Journal of Computer Chemistry, Japan
Online ISSN : 1347-3824
Print ISSN : 1347-1767
ISSN-L : 1347-1767
Volume 4 , Issue 4
Showing 1-9 articles out of 9 articles from the selected issue
General Papers
  • Umpei NAGASHIMA, Tohru SASAKI, Yasuaki OHTANI, Masamitsu UEHARA, Masar ...
    2005 Volume 4 Issue 4 Pages 131-138
    Published: 2005
    Released: March 14, 2006
    JOURNALS FREE ACCESS
    Special purpose computers for ab initio molecular orbital calculation and the first principle density functional theory with special hardware, including special purpose LSI, for some heavy load processes (hot spots), have been developed as an attempt to make a cost effective supercomputer for personal use. The system was realized using embedded cell architecture recently adapted to game computers and electrical appliance. The nick name of the project is Embedded High Performance Computing system (EHPC project).
    A kind of software/hardware co-design approach was taken to realize the development in a short period during 2000-2004. Three types of hardware (Figure 3) were developed for 5 chemical calculation programs. At first we designed the platform architecture (EHPC platform: Figure 3-a) as the base system which has a large number of general purpose CPUs instead of special purpose LSI's and can emulate functions of the LSI with the firmware on the CPU. In the next step we developed the system (Figure 3-b) with special purpose LSI for ab initio molecular orbital calculation and the system (Figure 3-c)with FPGAs for three dimensional FFT calculation usung the Car-Parrinello method.
    The special purpose LSI for molecular integral evaluation is named Eric (Electron repulsion integral calculator). The size of Eric is 5mm*10mm with 2.1 MGates. The memory size is 704Kbytes and clock speed is 200MHZ. The performance power ratio is almost the same as Intel Pentium 4 (3.2GHz, 1Mb L2, 2GB Memory). The FPGA showed almost four times faster performance than the fastest program: FFTW on the Intel Xeon (2.4GHz).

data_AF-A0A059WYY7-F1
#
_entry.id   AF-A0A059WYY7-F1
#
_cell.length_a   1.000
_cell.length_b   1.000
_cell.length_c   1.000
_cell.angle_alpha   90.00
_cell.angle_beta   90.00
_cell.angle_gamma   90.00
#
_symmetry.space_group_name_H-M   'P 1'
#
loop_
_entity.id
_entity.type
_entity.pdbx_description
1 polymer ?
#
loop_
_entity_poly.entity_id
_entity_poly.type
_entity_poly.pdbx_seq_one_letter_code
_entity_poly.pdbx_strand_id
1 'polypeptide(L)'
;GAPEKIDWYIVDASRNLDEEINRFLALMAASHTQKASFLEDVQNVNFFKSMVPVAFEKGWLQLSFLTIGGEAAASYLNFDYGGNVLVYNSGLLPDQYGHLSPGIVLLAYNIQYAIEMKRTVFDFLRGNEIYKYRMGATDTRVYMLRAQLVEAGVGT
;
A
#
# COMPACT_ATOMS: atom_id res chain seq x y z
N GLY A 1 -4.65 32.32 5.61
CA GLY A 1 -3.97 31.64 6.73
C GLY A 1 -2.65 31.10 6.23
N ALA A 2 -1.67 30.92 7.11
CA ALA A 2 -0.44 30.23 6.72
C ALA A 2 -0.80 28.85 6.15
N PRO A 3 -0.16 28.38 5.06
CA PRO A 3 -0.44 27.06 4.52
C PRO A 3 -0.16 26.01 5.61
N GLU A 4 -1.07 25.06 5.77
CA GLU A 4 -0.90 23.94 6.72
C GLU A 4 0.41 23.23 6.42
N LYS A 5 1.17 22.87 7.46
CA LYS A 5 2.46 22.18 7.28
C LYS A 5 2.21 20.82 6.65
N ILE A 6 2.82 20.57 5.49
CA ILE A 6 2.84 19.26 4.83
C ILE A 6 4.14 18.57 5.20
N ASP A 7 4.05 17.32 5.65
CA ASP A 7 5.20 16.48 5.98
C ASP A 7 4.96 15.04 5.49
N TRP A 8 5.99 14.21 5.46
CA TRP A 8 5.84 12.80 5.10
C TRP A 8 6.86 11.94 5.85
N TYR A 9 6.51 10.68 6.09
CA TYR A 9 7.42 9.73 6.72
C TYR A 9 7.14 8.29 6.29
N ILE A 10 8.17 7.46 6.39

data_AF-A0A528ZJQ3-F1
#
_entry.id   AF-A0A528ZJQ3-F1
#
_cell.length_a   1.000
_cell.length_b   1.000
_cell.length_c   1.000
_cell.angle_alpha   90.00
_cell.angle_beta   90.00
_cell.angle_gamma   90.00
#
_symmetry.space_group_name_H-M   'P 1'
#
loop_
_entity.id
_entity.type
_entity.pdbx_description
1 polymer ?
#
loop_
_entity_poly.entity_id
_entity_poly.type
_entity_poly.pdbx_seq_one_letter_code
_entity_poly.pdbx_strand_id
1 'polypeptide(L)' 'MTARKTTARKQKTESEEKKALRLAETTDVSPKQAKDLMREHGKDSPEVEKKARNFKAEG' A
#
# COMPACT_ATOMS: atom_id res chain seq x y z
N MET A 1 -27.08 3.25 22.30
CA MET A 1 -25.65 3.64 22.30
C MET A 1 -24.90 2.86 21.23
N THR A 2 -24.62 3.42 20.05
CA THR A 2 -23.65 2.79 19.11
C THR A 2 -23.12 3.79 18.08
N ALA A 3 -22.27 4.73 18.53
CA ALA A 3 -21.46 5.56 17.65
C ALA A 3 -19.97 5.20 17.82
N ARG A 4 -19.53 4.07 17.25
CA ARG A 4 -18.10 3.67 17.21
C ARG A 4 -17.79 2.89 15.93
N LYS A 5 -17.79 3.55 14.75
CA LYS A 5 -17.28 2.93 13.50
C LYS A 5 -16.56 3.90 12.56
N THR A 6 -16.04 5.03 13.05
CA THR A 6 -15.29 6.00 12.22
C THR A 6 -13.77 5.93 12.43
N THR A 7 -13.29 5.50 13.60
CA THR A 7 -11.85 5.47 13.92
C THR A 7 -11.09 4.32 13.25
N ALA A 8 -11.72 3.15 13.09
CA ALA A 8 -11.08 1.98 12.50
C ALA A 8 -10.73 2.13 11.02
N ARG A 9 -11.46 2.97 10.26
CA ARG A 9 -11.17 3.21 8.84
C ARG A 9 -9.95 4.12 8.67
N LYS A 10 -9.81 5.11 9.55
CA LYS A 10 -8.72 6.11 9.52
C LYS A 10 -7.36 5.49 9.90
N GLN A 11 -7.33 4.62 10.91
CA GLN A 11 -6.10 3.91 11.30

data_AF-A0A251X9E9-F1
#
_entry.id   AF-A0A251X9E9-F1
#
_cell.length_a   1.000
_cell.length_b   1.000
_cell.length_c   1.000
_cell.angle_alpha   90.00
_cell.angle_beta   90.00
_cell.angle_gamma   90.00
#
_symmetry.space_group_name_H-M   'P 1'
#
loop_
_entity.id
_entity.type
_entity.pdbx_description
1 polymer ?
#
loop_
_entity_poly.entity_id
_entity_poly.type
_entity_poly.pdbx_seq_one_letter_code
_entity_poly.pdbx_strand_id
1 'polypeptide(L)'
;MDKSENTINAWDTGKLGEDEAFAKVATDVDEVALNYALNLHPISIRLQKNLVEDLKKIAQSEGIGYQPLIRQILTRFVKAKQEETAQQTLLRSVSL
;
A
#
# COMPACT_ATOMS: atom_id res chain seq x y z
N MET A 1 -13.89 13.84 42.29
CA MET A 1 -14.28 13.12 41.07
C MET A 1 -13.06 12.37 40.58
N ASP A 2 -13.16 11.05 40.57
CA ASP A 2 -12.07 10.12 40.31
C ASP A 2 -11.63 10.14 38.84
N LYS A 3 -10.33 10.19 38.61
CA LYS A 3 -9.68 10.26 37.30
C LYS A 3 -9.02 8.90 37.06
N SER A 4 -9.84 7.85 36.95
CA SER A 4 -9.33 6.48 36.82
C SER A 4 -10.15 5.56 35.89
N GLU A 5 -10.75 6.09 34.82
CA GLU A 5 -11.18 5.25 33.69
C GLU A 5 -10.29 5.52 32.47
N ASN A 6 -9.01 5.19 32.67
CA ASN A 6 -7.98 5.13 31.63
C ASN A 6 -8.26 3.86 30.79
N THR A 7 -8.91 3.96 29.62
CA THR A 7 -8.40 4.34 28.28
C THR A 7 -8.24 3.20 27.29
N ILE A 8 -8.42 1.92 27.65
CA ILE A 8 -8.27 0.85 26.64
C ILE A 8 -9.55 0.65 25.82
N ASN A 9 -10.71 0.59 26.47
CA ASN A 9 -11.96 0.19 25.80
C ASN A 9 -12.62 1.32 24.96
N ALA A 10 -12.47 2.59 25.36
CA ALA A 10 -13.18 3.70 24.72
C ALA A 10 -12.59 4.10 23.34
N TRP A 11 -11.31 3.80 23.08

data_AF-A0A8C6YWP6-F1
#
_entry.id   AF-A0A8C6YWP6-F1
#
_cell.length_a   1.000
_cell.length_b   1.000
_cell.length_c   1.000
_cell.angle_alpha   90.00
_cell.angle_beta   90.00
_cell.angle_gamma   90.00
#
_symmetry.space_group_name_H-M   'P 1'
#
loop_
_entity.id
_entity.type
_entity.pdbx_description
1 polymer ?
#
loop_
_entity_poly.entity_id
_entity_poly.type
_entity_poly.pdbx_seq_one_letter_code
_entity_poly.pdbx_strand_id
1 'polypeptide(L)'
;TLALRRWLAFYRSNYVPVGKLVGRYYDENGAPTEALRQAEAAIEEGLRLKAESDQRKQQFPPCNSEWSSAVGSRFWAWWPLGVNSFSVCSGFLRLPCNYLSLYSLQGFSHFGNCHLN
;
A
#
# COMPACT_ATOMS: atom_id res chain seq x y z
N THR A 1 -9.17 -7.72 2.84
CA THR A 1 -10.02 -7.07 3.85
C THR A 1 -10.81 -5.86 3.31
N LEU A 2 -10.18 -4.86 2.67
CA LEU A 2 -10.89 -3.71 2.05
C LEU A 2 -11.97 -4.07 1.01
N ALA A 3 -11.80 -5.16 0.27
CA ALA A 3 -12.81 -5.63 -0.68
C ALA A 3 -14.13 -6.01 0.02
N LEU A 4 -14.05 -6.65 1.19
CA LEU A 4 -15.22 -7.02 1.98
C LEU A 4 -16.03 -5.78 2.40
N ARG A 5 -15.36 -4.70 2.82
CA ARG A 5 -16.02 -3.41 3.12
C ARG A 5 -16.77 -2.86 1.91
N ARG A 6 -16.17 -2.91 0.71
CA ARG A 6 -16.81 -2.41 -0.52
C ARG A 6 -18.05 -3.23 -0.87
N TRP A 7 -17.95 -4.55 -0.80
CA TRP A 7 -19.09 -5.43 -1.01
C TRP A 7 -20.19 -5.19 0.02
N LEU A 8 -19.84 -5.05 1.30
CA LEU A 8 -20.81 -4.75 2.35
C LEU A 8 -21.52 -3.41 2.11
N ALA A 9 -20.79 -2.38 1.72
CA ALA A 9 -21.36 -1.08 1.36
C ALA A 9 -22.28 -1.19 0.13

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  • Tohru SASAKI, Kazuaki MURAKAMI
    2005 Volume 4 Issue 4 Pages 139-146
    Published: 2005
    Released: March 14, 2006
    JOURNALS FREE ACCESS
    In the development of special purpose computers for scientific calculation with special hardware, including special purpose LSI, for some heavy load processes (hot spots), the hardware design and system debugging often become serious bottlenecks of the development process. We took a software/hardware co-design approach to improve turnaround time. At first we designed the platform architecture (EHPC platform) as the base system, and we developed a prototype system based on the platform architecture. The prototype has a large number of general purpose CPUs instead of special purpose LSI's and can emulate the functions of the LSI with the firmware on the CPU. In the next step we developed the system with special purpose LSI. Then we have developed some special purpose computers for Molecular Orbital Calculation (GAMESS, Fragment MO), Density Functional Theory (Car-Parrinello, DV-Xalpha), Computational Fluid Dynamics (GSMAC-FEM). In this paper, we introduce the EHPC architecture and show implementations of some application programs on the architecture.
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  • Tohru SASAKI, Kiyoshi BETSUYAKU, Takatoshi HIGUCHI, Umpei NAGASHIMA
    2005 Volume 4 Issue 4 Pages 147-154
    Published: 2005
    Released: March 14, 2006
    JOURNALS FREE ACCESS
    The execution time of Car-Parrinello based first principles calculation is dominated by 3D FFTs of electronic-state vectors. To accelerate these parts, the authors developed 3D-FFT logic, and implemented it on an FPGA board with four FPGA devices. The single board performs FFTs 10 times faster than a Xeon 2.4GHz processor. The speed up is about 50 times under the same power supply. With these two FPGA boards, we could accelerate the CP calculations 10 times faster than those on a Xeon 2.4GHz processor. For further acceleration of the CP codes, we propose a dynamic reconfigurable FPGA where both 3D-FFT and Gram-Schmidt orthogonalizations are performed.
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  • Kenta NAKAMURA, Hiroaki HONDA, Hiroaki UMEDA, Harunobu KOMATSU, Kazuak ...
    2005 Volume 4 Issue 4 Pages 155-164
    Published: 2005
    Released: March 14, 2006
    JOURNALS FREE ACCESS
    Ab initio molecular orbital (MO) calculation is useful for solving many challenging problems concerning the development of new drugs, chemicals, polymers, materials, and so on. However, large-scale MO calculations have at least two difficulties. The first is the considerable numbers of Electron Repulsion Integral (ERI) computations. The second is the computational complexity of single ERI. We have developed a special purpose LSI embedded high-performance computing system for large-scale MO calculation, called EHPC (Embedded High Performance Computing) system. The considerable number of ERI calculations can be performed efficiently by the hierarchical parallel architecture, and the special purpose processors accelerate the computation of single ERI. Moreover, since these processors are designed for embedded purpose, we can arrange many processors in a compact system. Benchmark calculations using this EHPC system show that the speeds of ERI computations are directly proportional to the number of processors. Estimated power consumption is under 1KW and the volume is 1200 × 650 × 1010mm for a 56 processor system. This EHPC system fills the requirements of many chemists who have to perform large scale MO calculations with personal type high performance computers.